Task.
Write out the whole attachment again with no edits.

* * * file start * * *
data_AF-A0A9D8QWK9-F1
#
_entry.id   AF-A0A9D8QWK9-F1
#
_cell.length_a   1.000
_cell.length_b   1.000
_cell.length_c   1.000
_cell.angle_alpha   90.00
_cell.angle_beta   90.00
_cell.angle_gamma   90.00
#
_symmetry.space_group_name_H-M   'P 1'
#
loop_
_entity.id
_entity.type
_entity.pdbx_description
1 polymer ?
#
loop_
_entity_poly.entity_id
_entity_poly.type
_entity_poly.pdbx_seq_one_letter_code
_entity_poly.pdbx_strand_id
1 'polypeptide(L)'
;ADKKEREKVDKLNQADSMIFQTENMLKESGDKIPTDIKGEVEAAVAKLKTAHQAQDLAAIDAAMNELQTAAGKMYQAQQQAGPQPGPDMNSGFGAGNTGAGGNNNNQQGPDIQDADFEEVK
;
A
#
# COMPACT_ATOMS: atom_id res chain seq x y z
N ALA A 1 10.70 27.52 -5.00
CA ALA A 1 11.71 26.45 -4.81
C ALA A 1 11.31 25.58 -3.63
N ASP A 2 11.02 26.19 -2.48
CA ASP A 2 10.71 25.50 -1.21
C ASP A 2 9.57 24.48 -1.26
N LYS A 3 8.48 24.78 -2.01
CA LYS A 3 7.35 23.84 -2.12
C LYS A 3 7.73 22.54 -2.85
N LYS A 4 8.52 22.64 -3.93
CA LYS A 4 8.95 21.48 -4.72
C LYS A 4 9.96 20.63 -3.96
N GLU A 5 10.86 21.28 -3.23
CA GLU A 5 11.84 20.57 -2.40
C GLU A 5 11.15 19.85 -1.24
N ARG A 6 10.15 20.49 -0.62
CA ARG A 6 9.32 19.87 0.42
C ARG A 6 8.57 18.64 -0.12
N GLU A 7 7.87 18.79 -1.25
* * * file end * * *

data_AF-A0A9D8QWK9-F1
#
_entry.id   AF-A0A9D8QWK9-F1
#
_cell.length_a   1.000
_cell.length_b   1.000
_cell.length_c   1.000
_cell.angle_alpha   90.00
_cell.angle_beta   90.00
_cell.angle_gamma   90.00
#
_symmetry.space_group_name_H-M   'P 1'
#
loop_
_entity.id
_entity.type
_entity.pdbx_description
1 polymer ?
#
loop_
_entity_poly.entity_id
_entity_poly.type
_entity_poly.pdbx_seq_one_letter_code
_entity_poly.pdbx_strand_id
1 'polypeptide(L)'
;ADKKEREKVDKLNQADSMIFQTENMLKESGDKIPTDIKGEVEAAVAKLKTAHQAQDLAAIDAAMNELQTAAGKMYQAQQQAGPQPGPDMNSGFGAGNTGAGGNNNNQQGPDIQDADFEEVK
;
A
#
# COMPACT_ATOMS: atom_id res chain seq x y z
N ALA A 1 10.70 27.52 -5.00
CA ALA A 1 11.71 26.45 -4.81
C ALA A 1 11.31 25.58 -3.63
N ASP A 2 11.02 26.19 -2.48
CA ASP A 2 10.71 25.50 -1.21
C ASP A 2 9.57 24.48 -1.26
N LYS A 3 8.48 24.78 -2.01
CA LYS A 3 7.35 23.84 -2.12
C LYS A 3 7.73 22.54 -2.85
N LYS A 4 8.52 22.64 -3.93
CA LYS A 4 8.95 21.48 -4.72
C LYS A 4 9.96 20.63 -3.96
N GLU A 5 10.86 21.28 -3.23
CA GLU A 5 11.84 20.57 -2.40
C GLU A 5 11.15 19.85 -1.24
N ARG A 6 10.15 20.49 -0.62
CA ARG A 6 9.32 19.87 0.42
C ARG A 6 8.57 18.64 -0.12
N GLU A 7 7.87 18.79 -1.25